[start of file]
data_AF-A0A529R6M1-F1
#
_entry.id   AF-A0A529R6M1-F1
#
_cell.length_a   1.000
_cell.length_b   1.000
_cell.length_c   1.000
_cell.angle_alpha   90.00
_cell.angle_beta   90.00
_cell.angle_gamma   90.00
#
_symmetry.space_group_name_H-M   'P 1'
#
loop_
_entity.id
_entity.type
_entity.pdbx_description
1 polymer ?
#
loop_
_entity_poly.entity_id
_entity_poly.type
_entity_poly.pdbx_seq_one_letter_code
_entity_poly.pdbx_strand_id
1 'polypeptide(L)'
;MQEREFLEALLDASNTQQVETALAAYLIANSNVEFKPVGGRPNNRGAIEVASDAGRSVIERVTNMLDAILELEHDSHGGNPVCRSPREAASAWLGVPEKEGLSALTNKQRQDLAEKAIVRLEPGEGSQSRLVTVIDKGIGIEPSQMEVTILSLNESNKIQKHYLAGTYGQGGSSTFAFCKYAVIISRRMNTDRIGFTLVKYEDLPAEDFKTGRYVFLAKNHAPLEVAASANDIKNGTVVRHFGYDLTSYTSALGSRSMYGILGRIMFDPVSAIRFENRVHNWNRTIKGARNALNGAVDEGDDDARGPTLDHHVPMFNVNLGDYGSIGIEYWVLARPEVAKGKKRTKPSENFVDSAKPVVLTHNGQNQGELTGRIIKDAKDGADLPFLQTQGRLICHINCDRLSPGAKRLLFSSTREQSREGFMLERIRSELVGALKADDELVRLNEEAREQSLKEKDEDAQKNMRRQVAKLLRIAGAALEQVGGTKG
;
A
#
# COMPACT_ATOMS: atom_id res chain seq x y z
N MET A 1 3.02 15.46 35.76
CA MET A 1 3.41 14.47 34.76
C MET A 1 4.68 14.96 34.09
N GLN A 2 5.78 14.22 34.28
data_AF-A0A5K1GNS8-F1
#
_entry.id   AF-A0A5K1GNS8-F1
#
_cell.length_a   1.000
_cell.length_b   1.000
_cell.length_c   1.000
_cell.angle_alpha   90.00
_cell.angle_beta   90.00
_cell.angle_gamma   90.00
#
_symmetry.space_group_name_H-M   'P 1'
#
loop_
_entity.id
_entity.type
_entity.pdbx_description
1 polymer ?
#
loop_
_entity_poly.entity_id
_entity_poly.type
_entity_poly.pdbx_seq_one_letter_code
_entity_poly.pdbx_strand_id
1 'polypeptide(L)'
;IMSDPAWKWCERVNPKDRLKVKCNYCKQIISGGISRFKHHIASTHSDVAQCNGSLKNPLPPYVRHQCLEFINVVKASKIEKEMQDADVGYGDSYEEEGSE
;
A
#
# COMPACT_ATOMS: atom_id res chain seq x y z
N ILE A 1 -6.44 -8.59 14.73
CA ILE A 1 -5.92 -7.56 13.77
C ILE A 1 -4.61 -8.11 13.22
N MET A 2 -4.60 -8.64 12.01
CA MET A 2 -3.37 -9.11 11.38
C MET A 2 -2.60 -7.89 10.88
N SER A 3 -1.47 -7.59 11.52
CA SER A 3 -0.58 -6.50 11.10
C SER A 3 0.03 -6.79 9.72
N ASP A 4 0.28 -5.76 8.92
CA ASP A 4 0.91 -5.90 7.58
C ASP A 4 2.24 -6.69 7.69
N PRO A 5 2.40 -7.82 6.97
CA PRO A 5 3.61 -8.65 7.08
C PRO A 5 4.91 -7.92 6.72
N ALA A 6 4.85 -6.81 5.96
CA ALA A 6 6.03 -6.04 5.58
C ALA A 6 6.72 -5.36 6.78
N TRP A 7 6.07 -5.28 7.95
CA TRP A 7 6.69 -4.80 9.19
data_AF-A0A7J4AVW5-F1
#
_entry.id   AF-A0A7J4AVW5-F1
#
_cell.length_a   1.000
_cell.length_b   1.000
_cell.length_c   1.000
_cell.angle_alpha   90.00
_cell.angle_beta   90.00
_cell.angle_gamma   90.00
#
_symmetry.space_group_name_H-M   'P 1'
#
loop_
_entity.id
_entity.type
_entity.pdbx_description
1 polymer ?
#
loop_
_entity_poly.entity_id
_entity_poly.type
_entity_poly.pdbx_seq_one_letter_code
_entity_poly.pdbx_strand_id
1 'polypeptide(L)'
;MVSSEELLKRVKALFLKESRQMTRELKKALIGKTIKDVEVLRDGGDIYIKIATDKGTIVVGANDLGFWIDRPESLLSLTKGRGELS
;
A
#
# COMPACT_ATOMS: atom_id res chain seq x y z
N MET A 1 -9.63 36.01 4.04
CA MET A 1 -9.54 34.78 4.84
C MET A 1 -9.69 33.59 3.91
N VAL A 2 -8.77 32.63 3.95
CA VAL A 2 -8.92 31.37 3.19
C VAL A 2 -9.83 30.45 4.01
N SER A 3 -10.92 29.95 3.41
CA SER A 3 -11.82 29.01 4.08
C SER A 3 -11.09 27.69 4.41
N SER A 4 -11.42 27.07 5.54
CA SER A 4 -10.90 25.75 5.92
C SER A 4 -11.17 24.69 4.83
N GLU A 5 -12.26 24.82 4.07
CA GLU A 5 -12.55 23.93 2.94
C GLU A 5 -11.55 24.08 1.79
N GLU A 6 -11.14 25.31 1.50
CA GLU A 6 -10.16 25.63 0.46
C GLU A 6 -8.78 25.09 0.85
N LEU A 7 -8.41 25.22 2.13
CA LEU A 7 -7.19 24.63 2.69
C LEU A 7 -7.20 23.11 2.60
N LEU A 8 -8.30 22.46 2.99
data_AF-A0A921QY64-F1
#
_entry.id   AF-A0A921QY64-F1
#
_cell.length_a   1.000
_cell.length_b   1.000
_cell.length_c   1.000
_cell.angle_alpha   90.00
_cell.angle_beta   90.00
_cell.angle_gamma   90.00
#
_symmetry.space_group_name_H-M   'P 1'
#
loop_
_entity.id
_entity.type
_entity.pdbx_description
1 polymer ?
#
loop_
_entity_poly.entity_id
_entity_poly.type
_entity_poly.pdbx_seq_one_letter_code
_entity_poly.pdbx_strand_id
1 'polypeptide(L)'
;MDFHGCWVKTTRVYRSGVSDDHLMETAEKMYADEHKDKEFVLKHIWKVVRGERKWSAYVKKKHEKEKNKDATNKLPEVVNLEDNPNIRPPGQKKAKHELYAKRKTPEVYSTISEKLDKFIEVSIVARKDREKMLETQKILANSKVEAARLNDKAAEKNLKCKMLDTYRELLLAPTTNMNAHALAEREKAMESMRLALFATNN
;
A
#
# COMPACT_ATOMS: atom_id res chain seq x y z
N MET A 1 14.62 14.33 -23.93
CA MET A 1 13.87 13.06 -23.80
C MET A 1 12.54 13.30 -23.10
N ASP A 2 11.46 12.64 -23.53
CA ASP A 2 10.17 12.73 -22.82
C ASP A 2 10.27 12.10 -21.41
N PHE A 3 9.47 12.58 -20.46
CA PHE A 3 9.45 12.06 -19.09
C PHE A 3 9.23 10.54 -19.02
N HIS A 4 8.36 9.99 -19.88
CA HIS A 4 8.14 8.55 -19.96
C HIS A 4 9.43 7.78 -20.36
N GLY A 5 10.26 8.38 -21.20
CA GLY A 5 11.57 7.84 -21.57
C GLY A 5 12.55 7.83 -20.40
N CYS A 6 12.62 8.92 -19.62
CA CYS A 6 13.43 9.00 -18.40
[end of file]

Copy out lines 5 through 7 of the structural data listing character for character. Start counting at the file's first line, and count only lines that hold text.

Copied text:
_cell.length_a   1.000
_cell.length_b   1.000
_cell.length_c   1.000